CreditCube Review: Read This Before You Borrow

If you need cash now and have bad credit, CreditCube might sound like a reasonable option.

But CreditCube is not a traditional lender. There are some additional risks you need to be aware of before you submit a loan application. The primary one is the high interest rates. You’ll likely pay an APR of more than 700%.

Here are the important facts about the lender.

Hot take: CreditCube offers short-term installment loans. However, the interest rates range from 159.90%-779.97% APR, which is very expensive, even more costly than a payday loan storefront lender would charge. They can do this (legally) because the lender is owned and operated by the Big Valley Band of Pomo Indians, granting them sovereign immunity that allows them to avoid state laws capping interest rates. Do not borrow money from a tribal lender unless you’re entirely out of other options.

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What Is CreditCube?

CreditCube is an online tribal lender that provides small, high-interest loans of up to $5,000. Similar to traditional payday loans, the purpose is to offer people monetary relief due to an unexpected financial emergency. 

CreditCube offers a quick application process, allowing the borrower to receive their money as quickly as the next day. Unlike typical payday loans, CreditCube allows borrowers to repay their loans over a few months instead of repaying in a lump sum from their next paycheck. Though this may appear to be a benefit, it only means more of your hard-earned money goes to the lender. CreditCube offers an APR of 159.90% to 779.97% on their loans, an astronomical number compared to credit card APRs, which max out at 36%. 

Pro tip: The “lower” rates are only available to returning borrowers who become part of the CreditCube Loyalty Program. One example of the program’s “benefit” is that a $300 loan could drop its APR from 779.97% to 259.94% for a “VIP level” customer, but that “low” APR is still significantly higher than almost all other borrowing options.

CreditCube does not loan money to residents of Pennsylvania, Connecticut, Minnesota, New York, Vermont, Virginia, West Virginia and Georgia. The lender also states that “the availability of installment loans in your state is subject to change at any time with or without notice at the sole discretion of CreditCube.”

Is CreditCube Licensed?

CreditCube is not licensed by banking regulators in California, where they claim they are based, nor are they licensed at the federal level. At the bottom of their rates and terms page, you’ll find a link to this license from the tribe.

CreditCube is what is known as a tribal lender. The company is owned and operated by the Big Valley Band of Pomo Indians, a federally recognized American Indian tribe in the Lake County region of California. This means any agreement between CreditCube and the consumer is governed by tribal law, regardless of state laws in the state where the company or the consumer is located.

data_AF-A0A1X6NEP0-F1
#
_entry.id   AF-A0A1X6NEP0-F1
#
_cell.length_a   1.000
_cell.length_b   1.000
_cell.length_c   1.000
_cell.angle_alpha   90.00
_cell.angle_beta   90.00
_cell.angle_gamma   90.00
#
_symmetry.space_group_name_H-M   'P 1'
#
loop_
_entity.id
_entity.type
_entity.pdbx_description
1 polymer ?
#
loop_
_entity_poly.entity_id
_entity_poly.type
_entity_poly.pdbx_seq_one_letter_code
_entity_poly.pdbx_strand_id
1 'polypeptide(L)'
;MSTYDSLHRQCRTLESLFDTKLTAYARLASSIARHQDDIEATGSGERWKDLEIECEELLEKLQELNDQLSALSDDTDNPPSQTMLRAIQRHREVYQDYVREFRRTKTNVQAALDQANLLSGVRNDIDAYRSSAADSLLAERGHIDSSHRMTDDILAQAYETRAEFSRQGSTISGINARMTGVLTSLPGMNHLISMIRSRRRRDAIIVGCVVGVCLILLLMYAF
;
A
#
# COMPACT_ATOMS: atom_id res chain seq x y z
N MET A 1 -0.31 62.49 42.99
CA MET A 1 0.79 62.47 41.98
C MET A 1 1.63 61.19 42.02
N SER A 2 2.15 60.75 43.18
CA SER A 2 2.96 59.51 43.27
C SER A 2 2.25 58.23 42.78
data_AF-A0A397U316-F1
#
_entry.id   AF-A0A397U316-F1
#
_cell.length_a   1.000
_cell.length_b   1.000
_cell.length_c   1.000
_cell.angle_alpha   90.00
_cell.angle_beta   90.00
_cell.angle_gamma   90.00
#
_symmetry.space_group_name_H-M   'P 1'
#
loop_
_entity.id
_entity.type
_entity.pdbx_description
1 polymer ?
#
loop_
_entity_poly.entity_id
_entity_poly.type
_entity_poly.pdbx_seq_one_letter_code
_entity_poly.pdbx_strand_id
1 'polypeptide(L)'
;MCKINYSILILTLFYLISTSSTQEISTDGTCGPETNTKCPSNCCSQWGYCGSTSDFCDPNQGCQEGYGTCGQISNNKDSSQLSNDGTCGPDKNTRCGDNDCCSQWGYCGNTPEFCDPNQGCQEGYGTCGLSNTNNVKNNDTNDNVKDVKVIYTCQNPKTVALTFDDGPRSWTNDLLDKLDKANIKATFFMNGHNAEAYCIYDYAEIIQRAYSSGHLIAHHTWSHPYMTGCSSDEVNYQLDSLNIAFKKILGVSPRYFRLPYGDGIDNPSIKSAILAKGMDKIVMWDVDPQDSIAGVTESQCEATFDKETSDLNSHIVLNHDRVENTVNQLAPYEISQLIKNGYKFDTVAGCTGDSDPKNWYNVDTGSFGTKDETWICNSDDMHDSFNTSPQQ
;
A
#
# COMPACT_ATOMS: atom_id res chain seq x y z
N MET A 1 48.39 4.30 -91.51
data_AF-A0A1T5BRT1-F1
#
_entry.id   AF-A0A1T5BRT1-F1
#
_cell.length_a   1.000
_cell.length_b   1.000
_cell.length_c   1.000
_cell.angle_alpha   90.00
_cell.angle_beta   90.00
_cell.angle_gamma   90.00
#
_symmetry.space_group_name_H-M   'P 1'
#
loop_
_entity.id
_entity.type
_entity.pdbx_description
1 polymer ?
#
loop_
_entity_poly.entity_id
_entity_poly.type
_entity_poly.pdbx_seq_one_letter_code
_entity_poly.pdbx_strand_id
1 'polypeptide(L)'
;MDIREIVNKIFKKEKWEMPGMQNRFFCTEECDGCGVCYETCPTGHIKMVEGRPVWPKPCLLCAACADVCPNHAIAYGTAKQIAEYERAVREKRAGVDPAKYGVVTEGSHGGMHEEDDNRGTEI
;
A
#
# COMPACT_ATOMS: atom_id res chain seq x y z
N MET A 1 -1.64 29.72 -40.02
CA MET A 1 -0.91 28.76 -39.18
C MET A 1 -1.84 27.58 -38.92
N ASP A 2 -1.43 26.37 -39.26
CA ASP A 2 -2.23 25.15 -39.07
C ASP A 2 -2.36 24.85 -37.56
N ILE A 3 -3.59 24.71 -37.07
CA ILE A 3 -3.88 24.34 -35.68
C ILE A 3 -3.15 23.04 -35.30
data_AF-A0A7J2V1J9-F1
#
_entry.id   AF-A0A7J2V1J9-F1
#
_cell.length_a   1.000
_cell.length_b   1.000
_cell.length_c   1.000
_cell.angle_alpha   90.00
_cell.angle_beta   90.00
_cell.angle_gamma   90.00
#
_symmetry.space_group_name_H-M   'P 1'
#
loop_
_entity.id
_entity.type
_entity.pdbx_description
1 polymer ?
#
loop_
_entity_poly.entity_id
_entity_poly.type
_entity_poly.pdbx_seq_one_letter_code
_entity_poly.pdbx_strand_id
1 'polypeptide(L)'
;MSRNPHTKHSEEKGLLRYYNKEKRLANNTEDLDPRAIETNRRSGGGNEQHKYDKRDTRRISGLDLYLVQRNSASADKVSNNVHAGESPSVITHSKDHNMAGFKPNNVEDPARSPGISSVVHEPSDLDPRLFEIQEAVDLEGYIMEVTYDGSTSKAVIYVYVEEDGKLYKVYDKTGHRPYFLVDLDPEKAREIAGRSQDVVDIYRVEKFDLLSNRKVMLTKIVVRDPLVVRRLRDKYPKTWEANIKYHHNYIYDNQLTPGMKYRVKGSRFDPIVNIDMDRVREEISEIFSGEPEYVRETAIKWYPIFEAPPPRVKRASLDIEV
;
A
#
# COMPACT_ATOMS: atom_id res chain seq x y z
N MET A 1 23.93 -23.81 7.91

On the surface, this doesn’t sound like a big deal. However, the tribal loans they hand out almost always exploit consumers.

READ MORE: What is a tribal loan?

What to Expect When Taking Out a Loan from CreditCube

First-time borrowers can only take out a $200 to $400 loan with an interest rate near the higher end of CreditCube’s spectrum. Expect the APR to be 779.97% or higher on your first loan. Returning customers can borrow up to $5,000 with a “discounted” APR that is still typically higher than 250%. 

In general, here’s what to expect when taking out a loan from CreditCube:

  • An APR between 159.90% and 779.97%
  • First-time borrowers can receive a loan between $200 to $400 
  • For returning customers, the maximum loan amount is $5,000, but the amount you qualify for varies based on your credit and repayment history with CreditCube as well as your Loyalty Program status 
  • Payments are typically due biweekly
  • The standard repayment term will take months if the borrower only pays the minimum payment due. For example, a $300 loan at a 259.94% interest rate will take about seven months to repay at $38.34 every two weeks for a total of $536.76. That’s $236.76 in interest alone
  • According to CreditCube, there are no penalties for paying off your loan early
  • Additional fees of an undisclosed amount will be applied if you miss your payment due date. There is a $25 late fee if a payment fails due to insufficient funds or if your financial institution dishonors your payment.

These terms are consistent no matter the tribal lender, showing how expensive and dangerous working with them can be for borrowers. 

Class Action Lawsuit

A class action lawsuit in Illinois alleges that CreditCube’s purported affiliation with the Big Valley Band of Pomo Indians is a façade (also known as a “rent-a-tribe” scheme), and non-tribal individuals use the tribal affiliation to issue loans that would otherwise be shielded from state usury laws.

According to, the lawsuit says that CreditCube, CEO Ben G. Ray, III and payment processor North American Banking Company have “no colorable claim to sovereign immunity.”

The suit alleges loans with interest rates in excess of the state’s 9% rate cap are considered “void and unenforceable,” and loans that char 20% are a felony.

Although CreditCube claims to be “a wholly owned and operated business of the Big Valley Band of Pomo Indians of the Big Valley Rancheria,” a tribe with less than 700 members, at least 11 other internet lenders have operated out of the same 1,200-square-foot building at which the defendant claims to be headquartered.

Online Reputation

At first glance, they may seem like a reputable lending company, but once you dig a little deeper, the evidence is clear that CreditCube should be avoided in favor of cheaper and safer options. 

CreditCube has earned a 2.11/5 rating from customer reviews and an F grade on their Better Business Bureau (BBB) page.

The complaint section is littered with customers complaining about getting harassing calls and texts from CreditCube regarding their loans. Customers have also protested their agreements with CreditCube, claiming they are void due to the company not abiding by state laws where residents live.